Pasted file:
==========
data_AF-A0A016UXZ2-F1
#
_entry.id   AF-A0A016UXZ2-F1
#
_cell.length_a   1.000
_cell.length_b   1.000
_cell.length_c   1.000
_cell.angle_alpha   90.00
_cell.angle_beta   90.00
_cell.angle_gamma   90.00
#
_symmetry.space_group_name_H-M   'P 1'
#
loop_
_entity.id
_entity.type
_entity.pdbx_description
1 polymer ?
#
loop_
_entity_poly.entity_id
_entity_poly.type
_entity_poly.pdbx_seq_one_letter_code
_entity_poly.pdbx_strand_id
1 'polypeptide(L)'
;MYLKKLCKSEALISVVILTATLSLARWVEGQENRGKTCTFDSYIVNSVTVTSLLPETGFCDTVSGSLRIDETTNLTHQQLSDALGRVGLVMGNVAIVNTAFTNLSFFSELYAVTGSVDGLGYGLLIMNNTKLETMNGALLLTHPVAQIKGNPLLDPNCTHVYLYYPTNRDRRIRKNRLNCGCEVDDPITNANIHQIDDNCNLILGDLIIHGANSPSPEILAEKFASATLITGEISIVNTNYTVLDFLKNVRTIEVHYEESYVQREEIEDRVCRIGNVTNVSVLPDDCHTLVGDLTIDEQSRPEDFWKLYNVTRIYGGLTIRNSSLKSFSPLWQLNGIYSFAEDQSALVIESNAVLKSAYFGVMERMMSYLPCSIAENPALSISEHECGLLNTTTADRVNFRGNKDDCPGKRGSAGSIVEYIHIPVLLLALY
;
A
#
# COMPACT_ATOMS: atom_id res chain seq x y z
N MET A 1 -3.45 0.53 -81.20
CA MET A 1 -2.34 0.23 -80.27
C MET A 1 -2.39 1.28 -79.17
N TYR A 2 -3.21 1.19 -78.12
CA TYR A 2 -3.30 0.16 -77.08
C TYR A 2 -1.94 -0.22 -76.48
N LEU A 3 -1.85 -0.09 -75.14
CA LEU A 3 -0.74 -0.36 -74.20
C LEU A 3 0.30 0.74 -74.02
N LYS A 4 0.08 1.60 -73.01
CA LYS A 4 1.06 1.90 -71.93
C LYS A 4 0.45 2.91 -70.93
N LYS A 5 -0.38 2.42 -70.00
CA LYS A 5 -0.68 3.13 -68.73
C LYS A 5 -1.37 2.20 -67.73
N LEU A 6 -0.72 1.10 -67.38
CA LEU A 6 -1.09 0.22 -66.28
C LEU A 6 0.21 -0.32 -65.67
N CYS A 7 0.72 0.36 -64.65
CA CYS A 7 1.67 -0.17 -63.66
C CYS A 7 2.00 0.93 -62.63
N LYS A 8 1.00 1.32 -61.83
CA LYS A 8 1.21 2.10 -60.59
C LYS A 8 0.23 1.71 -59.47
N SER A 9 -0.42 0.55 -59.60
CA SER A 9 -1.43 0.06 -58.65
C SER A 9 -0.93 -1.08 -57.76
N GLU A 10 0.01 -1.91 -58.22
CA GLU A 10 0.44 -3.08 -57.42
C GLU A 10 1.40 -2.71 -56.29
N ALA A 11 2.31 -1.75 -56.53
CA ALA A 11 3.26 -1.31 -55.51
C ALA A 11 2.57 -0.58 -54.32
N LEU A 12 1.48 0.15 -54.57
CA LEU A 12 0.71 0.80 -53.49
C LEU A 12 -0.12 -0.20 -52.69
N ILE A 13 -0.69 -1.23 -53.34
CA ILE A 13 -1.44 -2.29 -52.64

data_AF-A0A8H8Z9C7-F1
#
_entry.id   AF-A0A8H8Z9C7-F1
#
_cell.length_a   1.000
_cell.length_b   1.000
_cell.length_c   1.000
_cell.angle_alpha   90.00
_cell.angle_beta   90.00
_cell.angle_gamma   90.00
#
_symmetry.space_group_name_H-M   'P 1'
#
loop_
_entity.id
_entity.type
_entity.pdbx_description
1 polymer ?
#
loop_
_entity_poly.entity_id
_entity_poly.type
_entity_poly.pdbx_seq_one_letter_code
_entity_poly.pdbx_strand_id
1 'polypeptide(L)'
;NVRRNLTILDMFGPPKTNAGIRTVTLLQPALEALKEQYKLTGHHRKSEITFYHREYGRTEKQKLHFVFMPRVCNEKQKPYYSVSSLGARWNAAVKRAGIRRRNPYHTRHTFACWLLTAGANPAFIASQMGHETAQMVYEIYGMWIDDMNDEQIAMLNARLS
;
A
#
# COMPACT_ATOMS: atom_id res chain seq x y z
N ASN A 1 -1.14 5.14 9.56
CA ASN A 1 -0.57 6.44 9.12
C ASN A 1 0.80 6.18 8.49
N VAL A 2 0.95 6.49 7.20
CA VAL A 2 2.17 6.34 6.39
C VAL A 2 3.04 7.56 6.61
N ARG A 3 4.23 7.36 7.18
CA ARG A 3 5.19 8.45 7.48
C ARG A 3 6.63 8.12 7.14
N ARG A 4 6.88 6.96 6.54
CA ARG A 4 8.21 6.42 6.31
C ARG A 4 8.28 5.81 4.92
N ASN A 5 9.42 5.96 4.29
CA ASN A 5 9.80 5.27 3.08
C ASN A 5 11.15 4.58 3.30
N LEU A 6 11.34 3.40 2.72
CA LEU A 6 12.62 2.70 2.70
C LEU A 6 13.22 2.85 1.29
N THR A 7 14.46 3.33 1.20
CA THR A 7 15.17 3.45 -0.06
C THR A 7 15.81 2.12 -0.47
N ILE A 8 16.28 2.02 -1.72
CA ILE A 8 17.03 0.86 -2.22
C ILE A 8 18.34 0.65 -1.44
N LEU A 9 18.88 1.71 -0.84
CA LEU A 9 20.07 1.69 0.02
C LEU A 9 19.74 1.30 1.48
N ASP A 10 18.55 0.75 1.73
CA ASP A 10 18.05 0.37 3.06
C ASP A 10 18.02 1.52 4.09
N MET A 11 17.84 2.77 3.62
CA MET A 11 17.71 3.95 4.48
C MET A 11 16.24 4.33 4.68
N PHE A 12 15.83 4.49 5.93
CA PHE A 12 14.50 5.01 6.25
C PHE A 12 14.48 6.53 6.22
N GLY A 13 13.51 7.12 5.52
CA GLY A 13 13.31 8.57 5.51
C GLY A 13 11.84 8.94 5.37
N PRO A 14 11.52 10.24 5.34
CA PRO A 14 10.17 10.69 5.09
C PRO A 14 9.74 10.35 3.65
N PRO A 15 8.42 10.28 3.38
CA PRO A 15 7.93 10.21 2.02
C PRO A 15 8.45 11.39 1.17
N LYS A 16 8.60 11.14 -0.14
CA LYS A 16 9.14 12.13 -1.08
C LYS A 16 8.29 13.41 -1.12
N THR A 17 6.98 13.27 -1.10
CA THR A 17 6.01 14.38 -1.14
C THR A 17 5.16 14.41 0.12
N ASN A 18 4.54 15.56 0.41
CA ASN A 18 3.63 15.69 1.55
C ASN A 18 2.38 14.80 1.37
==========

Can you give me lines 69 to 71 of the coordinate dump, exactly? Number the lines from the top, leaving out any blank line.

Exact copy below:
data_AF-A0A8H8Z9C7-F1
#
_entry.id   AF-A0A8H8Z9C7-F1